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Cortical Oscillatory Dysrhythmias in Visual Snow Syndrome: A MEG Study

By Jenny L Hepschke, Robert A Seymour, Wei A He, Andrew Etchell, Paul F Sowman, Clare Fraser

Posted 18 May 2021
bioRxiv DOI: 10.1101/2021.05.17.444460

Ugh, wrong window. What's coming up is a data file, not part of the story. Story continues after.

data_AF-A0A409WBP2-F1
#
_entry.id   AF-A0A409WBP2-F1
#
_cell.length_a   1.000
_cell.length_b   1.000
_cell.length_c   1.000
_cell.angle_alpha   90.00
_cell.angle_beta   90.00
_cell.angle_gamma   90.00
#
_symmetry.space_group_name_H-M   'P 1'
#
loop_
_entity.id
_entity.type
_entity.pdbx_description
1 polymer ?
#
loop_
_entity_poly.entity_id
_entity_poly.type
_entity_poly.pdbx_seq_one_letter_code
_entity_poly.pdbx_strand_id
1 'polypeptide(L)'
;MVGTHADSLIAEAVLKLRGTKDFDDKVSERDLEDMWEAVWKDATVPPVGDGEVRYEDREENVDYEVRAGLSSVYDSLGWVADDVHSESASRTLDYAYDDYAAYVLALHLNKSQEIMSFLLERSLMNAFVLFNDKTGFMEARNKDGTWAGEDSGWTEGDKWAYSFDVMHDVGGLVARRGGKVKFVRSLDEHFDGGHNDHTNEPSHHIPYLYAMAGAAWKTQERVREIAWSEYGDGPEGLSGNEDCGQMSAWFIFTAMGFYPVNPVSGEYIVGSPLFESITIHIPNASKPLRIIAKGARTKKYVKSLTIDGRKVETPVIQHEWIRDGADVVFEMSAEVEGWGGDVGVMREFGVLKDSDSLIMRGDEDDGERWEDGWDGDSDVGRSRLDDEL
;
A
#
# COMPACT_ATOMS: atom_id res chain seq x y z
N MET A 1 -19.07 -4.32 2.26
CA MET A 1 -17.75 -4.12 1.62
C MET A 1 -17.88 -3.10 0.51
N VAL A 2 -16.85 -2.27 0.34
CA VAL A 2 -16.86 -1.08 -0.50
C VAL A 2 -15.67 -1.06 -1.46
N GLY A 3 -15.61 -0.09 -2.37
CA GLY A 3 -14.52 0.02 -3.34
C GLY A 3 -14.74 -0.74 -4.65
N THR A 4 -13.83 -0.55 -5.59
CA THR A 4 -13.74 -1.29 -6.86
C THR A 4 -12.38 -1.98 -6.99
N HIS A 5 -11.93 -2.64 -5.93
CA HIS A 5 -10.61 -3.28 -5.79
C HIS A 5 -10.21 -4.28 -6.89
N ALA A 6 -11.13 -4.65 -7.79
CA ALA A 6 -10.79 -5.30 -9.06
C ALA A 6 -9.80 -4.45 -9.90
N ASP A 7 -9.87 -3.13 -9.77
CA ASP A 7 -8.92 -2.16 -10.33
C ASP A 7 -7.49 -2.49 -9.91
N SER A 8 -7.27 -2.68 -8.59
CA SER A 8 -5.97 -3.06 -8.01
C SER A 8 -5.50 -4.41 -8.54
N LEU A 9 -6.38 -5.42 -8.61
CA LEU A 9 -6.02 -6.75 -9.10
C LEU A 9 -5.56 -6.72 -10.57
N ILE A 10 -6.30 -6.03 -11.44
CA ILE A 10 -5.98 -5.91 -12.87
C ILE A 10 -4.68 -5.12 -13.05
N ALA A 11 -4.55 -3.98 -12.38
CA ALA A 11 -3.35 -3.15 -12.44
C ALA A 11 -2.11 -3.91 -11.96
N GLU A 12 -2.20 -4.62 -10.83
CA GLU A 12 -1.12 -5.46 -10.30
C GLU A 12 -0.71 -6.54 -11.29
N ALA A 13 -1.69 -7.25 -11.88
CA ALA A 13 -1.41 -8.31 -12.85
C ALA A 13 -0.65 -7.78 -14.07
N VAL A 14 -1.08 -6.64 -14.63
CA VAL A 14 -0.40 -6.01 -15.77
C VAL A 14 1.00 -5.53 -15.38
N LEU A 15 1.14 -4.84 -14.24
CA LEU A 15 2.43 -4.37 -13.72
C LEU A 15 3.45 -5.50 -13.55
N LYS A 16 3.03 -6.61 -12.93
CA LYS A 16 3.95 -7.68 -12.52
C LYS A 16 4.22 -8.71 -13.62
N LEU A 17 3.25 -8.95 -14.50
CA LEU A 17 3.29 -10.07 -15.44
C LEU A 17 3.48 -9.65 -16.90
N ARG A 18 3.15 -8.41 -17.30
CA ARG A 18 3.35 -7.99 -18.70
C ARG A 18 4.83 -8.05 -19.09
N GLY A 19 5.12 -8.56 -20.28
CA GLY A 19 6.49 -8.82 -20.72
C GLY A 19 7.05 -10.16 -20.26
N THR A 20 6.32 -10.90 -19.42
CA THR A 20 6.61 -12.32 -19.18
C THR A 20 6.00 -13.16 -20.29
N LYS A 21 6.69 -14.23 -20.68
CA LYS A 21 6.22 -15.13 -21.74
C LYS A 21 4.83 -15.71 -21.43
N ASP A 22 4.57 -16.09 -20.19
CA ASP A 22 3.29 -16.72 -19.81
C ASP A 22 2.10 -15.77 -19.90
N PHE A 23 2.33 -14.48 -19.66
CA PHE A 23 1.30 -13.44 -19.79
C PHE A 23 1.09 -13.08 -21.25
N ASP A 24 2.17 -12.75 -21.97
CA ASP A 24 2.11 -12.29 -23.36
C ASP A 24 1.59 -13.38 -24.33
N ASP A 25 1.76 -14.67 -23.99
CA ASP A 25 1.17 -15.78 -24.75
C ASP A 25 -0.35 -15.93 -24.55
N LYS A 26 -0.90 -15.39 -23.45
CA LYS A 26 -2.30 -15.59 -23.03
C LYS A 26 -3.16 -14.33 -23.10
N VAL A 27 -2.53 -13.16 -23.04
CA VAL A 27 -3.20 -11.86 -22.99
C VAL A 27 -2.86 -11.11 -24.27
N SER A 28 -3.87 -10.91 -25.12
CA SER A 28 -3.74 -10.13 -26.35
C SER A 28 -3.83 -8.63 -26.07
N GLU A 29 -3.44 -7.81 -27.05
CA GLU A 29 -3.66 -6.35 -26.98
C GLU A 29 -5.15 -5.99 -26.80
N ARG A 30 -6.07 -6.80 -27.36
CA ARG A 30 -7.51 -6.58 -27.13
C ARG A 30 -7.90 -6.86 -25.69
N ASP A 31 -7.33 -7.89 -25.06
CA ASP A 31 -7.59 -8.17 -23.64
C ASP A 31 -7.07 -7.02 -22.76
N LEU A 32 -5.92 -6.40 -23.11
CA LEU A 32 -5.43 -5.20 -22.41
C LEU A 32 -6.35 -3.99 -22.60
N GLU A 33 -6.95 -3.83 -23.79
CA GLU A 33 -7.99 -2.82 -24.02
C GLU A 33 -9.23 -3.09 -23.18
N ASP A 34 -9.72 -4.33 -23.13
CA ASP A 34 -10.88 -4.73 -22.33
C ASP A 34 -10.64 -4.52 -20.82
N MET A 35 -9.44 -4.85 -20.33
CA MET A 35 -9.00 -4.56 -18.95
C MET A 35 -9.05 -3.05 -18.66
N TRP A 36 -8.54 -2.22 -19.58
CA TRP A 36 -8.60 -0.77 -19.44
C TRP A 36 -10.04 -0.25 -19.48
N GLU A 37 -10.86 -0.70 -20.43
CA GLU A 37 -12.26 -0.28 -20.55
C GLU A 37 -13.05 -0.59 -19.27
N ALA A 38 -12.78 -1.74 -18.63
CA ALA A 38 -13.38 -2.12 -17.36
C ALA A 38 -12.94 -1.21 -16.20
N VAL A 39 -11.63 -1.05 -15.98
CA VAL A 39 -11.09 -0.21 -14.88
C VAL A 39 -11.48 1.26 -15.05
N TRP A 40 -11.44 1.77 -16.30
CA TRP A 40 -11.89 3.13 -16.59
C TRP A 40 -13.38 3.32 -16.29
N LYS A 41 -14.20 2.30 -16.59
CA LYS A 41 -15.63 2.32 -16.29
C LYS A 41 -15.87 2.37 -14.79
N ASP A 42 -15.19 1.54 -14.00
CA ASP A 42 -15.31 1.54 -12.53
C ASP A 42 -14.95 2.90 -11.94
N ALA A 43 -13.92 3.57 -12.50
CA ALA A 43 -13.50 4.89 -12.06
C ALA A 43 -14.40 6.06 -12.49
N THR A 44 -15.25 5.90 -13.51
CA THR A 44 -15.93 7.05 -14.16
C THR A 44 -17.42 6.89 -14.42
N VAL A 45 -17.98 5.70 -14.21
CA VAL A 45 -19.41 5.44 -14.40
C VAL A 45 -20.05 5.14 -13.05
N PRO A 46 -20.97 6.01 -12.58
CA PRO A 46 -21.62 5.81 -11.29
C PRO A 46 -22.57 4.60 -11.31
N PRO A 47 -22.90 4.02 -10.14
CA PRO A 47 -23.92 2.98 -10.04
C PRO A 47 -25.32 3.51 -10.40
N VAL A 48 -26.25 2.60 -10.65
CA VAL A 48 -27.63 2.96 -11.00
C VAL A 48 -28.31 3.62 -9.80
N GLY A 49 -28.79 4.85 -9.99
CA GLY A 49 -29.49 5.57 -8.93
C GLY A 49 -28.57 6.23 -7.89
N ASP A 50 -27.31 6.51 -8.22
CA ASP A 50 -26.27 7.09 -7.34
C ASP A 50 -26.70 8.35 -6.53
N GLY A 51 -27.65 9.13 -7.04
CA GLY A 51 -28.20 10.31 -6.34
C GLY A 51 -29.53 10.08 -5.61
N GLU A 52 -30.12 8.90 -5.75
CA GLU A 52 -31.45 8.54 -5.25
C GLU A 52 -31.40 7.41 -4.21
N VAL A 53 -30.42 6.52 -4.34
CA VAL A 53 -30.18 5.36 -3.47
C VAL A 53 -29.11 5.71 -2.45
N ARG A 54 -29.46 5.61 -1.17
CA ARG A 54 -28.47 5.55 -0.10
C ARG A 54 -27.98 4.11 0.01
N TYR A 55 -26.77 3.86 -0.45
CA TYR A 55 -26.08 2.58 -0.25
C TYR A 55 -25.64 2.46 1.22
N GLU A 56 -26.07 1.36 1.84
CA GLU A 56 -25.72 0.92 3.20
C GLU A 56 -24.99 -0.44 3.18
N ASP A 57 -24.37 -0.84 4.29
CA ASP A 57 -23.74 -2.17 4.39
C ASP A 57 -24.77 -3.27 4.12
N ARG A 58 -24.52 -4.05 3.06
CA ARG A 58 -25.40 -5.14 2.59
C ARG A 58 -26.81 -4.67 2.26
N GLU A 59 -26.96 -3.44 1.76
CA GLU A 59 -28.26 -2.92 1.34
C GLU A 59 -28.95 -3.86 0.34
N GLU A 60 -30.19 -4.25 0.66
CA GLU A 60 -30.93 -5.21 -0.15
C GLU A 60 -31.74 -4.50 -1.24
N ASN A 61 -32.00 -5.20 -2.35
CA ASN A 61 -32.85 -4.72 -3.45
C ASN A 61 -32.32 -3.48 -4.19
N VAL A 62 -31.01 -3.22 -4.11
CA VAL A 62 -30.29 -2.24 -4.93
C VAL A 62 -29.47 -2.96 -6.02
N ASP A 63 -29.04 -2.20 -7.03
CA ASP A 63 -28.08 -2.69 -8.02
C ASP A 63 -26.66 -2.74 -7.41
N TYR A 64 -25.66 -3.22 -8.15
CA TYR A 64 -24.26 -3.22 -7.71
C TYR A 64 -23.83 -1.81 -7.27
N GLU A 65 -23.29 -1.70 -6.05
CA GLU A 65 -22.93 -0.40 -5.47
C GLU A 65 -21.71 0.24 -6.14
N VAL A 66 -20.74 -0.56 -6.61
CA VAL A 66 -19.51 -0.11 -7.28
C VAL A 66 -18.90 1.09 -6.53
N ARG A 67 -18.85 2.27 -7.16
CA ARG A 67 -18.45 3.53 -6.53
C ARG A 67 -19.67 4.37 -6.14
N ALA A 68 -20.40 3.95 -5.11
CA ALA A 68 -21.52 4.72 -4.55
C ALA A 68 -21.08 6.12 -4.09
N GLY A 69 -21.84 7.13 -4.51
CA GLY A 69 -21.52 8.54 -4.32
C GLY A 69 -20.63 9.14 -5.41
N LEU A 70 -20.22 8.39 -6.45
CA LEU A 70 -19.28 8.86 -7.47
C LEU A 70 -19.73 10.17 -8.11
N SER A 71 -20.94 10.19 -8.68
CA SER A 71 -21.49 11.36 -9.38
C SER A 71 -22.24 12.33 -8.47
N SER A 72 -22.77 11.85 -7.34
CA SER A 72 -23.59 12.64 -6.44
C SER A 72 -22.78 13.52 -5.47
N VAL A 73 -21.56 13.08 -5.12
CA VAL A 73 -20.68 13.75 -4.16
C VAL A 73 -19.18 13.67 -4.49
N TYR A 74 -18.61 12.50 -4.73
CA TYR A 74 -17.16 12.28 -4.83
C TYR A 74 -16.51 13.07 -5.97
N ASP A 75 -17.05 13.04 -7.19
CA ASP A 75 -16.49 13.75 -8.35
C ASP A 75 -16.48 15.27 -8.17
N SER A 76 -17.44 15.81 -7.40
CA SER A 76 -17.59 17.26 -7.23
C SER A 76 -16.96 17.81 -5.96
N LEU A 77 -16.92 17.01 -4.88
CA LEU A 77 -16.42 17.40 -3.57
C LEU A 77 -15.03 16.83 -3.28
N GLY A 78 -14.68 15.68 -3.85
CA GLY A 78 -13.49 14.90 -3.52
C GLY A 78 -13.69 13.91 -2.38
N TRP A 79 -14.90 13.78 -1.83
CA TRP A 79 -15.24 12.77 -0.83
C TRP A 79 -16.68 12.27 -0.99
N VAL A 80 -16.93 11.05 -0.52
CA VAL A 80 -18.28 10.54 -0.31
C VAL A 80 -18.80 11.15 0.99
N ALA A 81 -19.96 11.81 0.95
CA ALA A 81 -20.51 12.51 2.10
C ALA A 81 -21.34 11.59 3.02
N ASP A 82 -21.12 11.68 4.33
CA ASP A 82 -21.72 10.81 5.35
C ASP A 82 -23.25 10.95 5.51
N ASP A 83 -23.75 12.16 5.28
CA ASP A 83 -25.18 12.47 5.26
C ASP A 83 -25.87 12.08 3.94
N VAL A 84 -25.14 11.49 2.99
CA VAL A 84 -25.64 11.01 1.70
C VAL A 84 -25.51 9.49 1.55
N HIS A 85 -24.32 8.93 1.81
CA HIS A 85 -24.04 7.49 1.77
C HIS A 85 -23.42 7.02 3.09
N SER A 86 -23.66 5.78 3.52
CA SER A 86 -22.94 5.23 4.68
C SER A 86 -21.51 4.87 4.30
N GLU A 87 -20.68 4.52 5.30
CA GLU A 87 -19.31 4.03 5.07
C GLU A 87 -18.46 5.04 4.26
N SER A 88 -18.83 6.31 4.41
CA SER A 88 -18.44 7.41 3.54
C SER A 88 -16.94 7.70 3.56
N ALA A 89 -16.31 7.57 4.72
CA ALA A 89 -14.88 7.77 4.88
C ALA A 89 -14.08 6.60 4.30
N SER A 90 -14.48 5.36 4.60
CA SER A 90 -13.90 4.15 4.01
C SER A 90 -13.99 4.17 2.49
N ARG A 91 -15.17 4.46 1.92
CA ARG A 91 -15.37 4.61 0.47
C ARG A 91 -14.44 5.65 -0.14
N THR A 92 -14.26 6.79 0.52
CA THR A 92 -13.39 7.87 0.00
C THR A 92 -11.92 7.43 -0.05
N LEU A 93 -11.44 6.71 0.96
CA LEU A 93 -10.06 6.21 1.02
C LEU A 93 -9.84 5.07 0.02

Visual Snow (VS) refers to the persistent visual experience of static in the whole visual field of both eyes. It is often reported by patients with migraine and co-occurs with conditions like tinnitus and tremor. The underlying pathophysiology of the condition is poorly understood. Previously we hypothesised, that VSS may be characterised by disruptions to rhythmical activity within the visual system. To test this, data from 18 patients diagnosed with visual snow syndrome (VSS), and 16 matched controls, were acquired using Magnetoencephalography (MEG). Participants were presented with visual grating stimuli, known to elicit decreases in alpha-band (8-13Hz) power and increases in gamma-band power (40-70Hz). Data were mapped to source-space using a beamformer. Across both groups, decreased alpha power and increased gamma power localised to early visual cortex. Data from primary visual cortex (V1) were compared between groups. No differences were found in either alpha or gamma peak frequency or the magnitude of alpha power, p>.05. However, compared with controls, our VSS cohort displayed significantly increased V1 gamma power, p=.035. This new electromagnetic finding concurs with previous fMRI and PET findings suggesting that in VSS, the visual cortex is hyper-excitable. The coupling of alpha-phase to gamma amplitude (i.e., phase-amplitude coupling, PAC) within V1 was also quantified. Compared with controls, the VSS group had significantly reduced alpha-gamma PAC, p<.05, indicating a potential excitation-inhibition imbalance in VSS, as well as a potential disruption to top-down 'noise-cancellation' mechanisms. Overall, these results suggest that rhythmical brain activity in primary visual cortex is both hyperexcitable and disorganised in VSS, consistent with visual snow being a condition of thalamocortical dysrhythmia.

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